The sale of medical and recreational cannabis is legal in New Jersey. Considering legal cannabis as a social equity business, an opportunity for ownership and employment for low income entrepreneurs, guests discuss the challenges to all who may be interested in this enterprise: licensing, communities - welcoming and not welcoming - the trade to their communities, the extraordinary difficulty in banking, and cumbersome tax structures.
Guests discuss New Jersey's Gold Coast and the housing boom in Hoboken and Jersey City, continuing in Journal Square and the Cliffs. While demand is high, supply of residential properties is low, especially of Affordable Housing as municipalities are slow to approve new projects. Building support of Affordable Housing in volume is limited to the highly competitive and limited supply of federal tax credits. Greater support is needed. Senior housing, malls, walkable-downtown development is reviewed.
The Garment Center - convenient to transportation - is working its way westward, from 42nd Street to about 34th Street - attracting tenants to the area's magnificent Art Deco and steel and glass buildings, to the popular Bryant Park, and to relative bargain rents. The area is trending upward; on a modified basis, people are returning to work, amenities are being enlarged and improved.
Despite the challenges associated with multi family real estate, a regulated business in New York, guests are positive about New York "coming back strong," and in investing in this interesting asset class. Developers discuss an extension or new 421a program, vital to New York's future, Independent, Assisted Living and Senior Housing. All support the conversion of hotels to rentals - acknowledging that it was "easier said than done!"
Celebrating a new year, a new administration, guests anticipate a good year for residential development, citing capital available for public/private partnerships to develop affordable housing. Guests discuss the tax credit issue of the successful Affordable New York Program-421a, land acquisition and pros and cons of areas considered for development: Harlem, Coney Island, Gowanus, East New York and more.
Business leaders: a realtor, bankers and a tax expert, consider "where we're going in 2022!" Bankers see another good year in financial services, but are a bit uneasy with acquisitions and real estate investments. Guests discuss the increase in bank mergers, tax legislation, the future of 1031s, interest rates and inflation. Careers and opportunities in banking, accounting and finance are explored.
Considering the future - a new year, new administration - guests foresee an aggressive continuation of bank mergers as opportunities to extend their footprint in the market. Bankers discuss the effects of LIBOR, Fannie Mae & Freddie Mac and interest rates, rent stabilized, multi-family buildings, cannabis shops, and vacancies and downward rents in New York's high rent areas.
Consulting guests and his Crystal Ball, Michael Stoler determines that "retail is booming." Food and beverage wellness concepts, wellness brands and services are coming to New York, some to integrated commercial space with food halls, fitness establishments and more. As business improves, foreign investors, new brands are looking to return or enter NYC's markets. SoHo, Broadway, brick & mortar businesses, repurposing malls and shopping centers - all discussed.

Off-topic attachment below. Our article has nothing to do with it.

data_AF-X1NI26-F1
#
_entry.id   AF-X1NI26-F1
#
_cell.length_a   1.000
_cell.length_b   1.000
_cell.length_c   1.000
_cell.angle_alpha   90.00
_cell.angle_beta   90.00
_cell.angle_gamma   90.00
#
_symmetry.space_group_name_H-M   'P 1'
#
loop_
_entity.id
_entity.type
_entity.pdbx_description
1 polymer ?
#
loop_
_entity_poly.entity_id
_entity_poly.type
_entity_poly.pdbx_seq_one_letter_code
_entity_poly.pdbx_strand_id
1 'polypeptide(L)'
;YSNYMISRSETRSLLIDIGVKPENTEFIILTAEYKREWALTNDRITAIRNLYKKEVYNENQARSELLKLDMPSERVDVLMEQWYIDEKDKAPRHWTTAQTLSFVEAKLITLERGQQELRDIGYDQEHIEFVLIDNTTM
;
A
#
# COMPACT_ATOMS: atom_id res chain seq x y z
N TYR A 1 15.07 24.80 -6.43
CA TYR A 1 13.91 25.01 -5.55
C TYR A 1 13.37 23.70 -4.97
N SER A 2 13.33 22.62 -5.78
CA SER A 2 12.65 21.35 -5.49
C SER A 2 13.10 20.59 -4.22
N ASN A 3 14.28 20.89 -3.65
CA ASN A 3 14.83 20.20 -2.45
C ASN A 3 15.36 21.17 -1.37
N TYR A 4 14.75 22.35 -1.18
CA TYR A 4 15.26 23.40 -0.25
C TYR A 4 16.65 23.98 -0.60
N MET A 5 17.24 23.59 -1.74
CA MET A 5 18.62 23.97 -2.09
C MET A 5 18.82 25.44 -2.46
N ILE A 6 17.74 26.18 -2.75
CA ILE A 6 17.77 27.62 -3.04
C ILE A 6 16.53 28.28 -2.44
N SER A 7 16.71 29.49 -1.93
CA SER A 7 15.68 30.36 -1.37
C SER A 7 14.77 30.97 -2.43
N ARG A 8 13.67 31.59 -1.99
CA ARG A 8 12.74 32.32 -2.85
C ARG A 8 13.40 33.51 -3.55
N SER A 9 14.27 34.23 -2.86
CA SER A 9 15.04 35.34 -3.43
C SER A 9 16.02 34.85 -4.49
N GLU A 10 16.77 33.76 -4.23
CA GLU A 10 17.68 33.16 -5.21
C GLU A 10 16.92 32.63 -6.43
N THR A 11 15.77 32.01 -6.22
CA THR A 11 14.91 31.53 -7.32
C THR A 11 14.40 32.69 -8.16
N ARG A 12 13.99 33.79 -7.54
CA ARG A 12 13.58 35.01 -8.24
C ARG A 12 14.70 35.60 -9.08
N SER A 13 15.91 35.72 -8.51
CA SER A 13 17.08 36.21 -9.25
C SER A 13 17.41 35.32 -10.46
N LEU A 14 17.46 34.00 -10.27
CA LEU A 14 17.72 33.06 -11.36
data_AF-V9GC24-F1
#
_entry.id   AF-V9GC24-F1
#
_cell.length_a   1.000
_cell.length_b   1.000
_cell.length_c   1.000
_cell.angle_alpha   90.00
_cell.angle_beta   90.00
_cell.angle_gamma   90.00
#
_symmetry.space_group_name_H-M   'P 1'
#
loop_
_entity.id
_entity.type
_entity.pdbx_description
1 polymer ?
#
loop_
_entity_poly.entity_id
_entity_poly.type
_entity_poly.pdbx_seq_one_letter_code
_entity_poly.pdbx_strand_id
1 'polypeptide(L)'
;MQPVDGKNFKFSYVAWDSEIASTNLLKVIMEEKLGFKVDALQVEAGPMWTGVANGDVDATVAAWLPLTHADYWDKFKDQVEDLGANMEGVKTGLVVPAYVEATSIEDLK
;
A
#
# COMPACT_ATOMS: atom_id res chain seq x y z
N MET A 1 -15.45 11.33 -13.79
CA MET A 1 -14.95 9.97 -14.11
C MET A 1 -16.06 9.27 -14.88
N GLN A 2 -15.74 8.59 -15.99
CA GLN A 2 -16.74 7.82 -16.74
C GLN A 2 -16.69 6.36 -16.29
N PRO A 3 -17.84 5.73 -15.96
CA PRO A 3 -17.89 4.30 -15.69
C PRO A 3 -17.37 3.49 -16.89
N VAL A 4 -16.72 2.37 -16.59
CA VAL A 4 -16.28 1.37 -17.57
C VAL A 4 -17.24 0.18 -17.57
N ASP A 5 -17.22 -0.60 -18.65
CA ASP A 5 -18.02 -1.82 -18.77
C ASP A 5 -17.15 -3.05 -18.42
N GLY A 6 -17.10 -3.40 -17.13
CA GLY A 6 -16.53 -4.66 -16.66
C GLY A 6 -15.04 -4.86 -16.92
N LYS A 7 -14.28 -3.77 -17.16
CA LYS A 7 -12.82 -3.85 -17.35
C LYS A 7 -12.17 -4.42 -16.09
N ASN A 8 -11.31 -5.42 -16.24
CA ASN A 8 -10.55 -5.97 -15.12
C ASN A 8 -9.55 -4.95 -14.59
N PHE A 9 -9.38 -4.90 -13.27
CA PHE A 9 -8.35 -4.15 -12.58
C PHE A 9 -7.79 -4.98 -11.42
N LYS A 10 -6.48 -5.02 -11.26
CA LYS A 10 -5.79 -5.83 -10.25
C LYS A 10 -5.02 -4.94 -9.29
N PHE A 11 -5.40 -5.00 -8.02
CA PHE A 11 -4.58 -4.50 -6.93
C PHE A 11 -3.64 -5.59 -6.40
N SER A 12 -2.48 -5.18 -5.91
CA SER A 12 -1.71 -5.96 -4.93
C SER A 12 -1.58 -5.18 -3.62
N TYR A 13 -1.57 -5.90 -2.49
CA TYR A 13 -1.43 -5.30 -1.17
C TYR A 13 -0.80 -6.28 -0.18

John Catsimatidis, optimistic and enthusiastic about New York's future strongly believes in "spreading the risk" and diversified investments. Guest discusses various real estate asset classes: retail vs. condo, the grocery business and unions, the industrial market, bio-sciences and Florida.
Developers, owners, bankers - very cautious when considering new hotel construction in New York City, describing the price of land, availability of supplies and hard-to-come-by labor. Guests discuss the popularity of limited service hotels versus conventional establishments. Financing is hard to get as the banks' hotel portfolios are still under stress.
Guests discuss opportunities for commercial real estate in the New York Metro area and in northeast Florida, particularly the just under A-quality industrial and multi-family classes in NE Florida. Others focus on condos and risk-adjusted return investments in condo inventory. Also reviewed: the return of foreign investors; New Jersey and Westchester, commutable to New York; senior and affordable housing; technology and life science - long-term to success but important to New York's future.
Guests representing real estate asset classes and public accounting discuss aspects of the hospitality industry incorporated into the office market. In addition to renovated lobbies, clients look for amenities not usually seen in commercial buildings. Also discussed, residential and mixed-use properties in emerging markets in Brooklyn and Queens.
Guests discuss the ups and downs of the New York office market. An encouraging uptick in some portfolios is due to the number of employees returning to the office. Leasing and rents remain an issue of location and supply vs. demand. Newer quality buildings are most in demand; question is - what is the future of obsolete buildings? Co-working spaces, flexibility leasing, clustering, zoning - all considered.
Guests comment: It's a buyer's market OR a seller's market - depending on where you are and what you have to sell! Condos are attracting parents buying for their children, who are moving east; Coops are less attractive as Boards can be difficult to deal with, and Townhouses appeal to families, as these facilities provide more space and more privacy. Brooklyn and Queens markets have been an alternative to Manhattan; Staten Island is difficult to develop, and the Bronx provides homes to renters.